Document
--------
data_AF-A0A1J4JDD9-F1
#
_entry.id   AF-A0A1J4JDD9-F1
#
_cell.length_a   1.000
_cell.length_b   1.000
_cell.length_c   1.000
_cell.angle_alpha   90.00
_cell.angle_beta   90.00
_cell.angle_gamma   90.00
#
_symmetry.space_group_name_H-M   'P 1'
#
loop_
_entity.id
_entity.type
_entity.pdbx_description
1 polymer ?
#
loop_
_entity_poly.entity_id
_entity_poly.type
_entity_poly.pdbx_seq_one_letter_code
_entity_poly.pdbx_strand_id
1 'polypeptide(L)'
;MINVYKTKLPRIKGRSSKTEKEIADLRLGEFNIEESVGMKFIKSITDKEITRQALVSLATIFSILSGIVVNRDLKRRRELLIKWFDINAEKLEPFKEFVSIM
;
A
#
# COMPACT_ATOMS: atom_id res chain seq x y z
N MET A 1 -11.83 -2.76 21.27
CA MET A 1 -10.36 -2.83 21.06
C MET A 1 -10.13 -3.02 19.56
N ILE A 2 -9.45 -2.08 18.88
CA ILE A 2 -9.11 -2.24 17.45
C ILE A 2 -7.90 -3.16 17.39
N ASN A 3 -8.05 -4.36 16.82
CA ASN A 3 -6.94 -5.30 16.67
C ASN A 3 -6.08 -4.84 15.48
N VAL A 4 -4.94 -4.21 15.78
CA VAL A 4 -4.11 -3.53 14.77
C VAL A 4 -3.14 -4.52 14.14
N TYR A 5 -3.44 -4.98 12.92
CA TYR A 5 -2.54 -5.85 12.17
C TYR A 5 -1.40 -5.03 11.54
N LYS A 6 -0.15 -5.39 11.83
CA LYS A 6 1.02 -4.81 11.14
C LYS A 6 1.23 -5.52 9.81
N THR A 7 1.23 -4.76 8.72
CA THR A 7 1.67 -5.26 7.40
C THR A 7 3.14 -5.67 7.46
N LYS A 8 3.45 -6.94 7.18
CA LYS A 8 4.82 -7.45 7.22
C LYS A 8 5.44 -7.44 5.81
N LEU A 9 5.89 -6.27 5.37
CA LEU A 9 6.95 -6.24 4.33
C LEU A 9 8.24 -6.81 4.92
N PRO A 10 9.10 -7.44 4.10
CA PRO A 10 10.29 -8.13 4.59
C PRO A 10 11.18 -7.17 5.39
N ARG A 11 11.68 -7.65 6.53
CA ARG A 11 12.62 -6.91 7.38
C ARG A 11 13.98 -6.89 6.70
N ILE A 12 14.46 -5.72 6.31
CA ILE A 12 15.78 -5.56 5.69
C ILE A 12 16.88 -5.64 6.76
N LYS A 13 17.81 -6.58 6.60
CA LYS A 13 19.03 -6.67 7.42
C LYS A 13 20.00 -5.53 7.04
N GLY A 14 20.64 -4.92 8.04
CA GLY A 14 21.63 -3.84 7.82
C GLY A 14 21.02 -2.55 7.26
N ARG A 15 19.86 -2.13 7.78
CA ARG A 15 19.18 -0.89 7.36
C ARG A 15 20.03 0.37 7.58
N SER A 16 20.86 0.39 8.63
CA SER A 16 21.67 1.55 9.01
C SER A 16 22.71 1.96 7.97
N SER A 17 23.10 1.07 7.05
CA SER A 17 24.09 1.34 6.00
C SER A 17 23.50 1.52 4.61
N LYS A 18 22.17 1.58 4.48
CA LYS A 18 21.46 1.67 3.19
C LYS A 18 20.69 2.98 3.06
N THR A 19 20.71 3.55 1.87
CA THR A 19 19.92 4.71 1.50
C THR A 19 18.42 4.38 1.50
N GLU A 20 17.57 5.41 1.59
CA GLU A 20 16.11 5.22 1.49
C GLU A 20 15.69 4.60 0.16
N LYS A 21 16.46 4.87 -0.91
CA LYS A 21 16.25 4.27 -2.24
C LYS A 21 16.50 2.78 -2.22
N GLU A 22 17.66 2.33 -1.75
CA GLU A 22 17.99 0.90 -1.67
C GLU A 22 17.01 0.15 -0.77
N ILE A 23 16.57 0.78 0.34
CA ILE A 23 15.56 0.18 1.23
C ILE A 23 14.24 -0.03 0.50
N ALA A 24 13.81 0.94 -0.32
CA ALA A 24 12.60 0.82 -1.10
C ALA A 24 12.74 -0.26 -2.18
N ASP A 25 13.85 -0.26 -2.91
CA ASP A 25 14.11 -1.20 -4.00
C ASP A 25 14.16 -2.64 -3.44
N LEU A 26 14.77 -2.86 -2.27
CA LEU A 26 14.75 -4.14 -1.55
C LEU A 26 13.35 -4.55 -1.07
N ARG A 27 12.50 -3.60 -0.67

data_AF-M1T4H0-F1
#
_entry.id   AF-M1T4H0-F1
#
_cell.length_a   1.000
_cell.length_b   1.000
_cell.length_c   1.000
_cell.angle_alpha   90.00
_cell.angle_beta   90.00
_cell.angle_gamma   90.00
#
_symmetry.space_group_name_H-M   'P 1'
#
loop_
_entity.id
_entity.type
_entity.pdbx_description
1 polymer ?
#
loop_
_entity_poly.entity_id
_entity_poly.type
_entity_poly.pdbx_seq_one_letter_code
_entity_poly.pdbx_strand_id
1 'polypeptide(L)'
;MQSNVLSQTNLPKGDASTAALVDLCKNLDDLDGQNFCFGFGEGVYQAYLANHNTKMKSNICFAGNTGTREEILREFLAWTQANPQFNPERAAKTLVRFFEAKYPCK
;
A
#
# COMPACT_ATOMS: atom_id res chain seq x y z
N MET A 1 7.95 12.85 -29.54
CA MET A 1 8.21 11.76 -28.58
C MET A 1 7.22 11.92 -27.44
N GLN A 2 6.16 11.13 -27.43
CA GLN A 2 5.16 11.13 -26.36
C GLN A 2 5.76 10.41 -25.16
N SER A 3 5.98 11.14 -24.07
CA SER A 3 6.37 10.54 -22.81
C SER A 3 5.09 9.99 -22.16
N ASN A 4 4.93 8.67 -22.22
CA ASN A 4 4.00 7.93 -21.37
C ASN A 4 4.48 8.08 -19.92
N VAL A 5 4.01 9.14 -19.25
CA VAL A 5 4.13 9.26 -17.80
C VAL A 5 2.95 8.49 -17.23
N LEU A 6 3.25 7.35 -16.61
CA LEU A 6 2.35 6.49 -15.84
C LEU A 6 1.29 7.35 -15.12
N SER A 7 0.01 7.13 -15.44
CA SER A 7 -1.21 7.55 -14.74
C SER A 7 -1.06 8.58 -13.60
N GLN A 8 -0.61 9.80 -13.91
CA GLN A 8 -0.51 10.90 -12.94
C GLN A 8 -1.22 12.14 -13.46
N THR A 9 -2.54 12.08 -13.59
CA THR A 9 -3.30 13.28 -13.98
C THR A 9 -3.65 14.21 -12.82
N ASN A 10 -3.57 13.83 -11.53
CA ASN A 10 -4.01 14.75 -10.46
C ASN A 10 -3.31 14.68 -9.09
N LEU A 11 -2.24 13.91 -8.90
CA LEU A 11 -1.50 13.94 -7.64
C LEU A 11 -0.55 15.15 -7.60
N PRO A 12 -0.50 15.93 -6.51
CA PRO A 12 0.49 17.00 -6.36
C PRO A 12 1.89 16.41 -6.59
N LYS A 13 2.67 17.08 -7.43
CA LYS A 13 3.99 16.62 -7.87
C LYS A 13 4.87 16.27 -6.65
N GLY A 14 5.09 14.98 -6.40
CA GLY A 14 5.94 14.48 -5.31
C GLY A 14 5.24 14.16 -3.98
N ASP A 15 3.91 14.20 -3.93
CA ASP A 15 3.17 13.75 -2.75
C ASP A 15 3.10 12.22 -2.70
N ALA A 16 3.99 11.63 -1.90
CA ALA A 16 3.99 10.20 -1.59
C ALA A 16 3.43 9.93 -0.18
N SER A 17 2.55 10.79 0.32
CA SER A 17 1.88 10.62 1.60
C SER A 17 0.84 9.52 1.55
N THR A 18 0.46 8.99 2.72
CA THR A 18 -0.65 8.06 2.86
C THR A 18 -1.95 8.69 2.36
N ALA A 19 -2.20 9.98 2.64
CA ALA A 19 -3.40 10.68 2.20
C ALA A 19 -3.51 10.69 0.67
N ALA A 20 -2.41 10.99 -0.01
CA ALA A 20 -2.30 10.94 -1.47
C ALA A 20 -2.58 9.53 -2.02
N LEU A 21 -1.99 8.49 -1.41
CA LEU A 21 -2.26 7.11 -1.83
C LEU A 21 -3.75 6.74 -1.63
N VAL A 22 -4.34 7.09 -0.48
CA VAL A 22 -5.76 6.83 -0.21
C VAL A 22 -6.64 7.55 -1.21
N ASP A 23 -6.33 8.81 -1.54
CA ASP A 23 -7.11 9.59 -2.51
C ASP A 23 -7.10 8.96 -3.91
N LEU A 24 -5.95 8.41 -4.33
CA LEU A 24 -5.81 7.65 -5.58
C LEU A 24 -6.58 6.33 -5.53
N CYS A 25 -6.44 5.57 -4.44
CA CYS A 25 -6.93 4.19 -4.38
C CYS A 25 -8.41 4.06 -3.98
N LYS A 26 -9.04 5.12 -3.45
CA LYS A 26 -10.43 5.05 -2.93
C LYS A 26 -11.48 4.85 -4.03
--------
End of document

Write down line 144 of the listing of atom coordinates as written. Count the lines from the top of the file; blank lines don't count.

CA GLN A 2 5.16 11.13 -26.36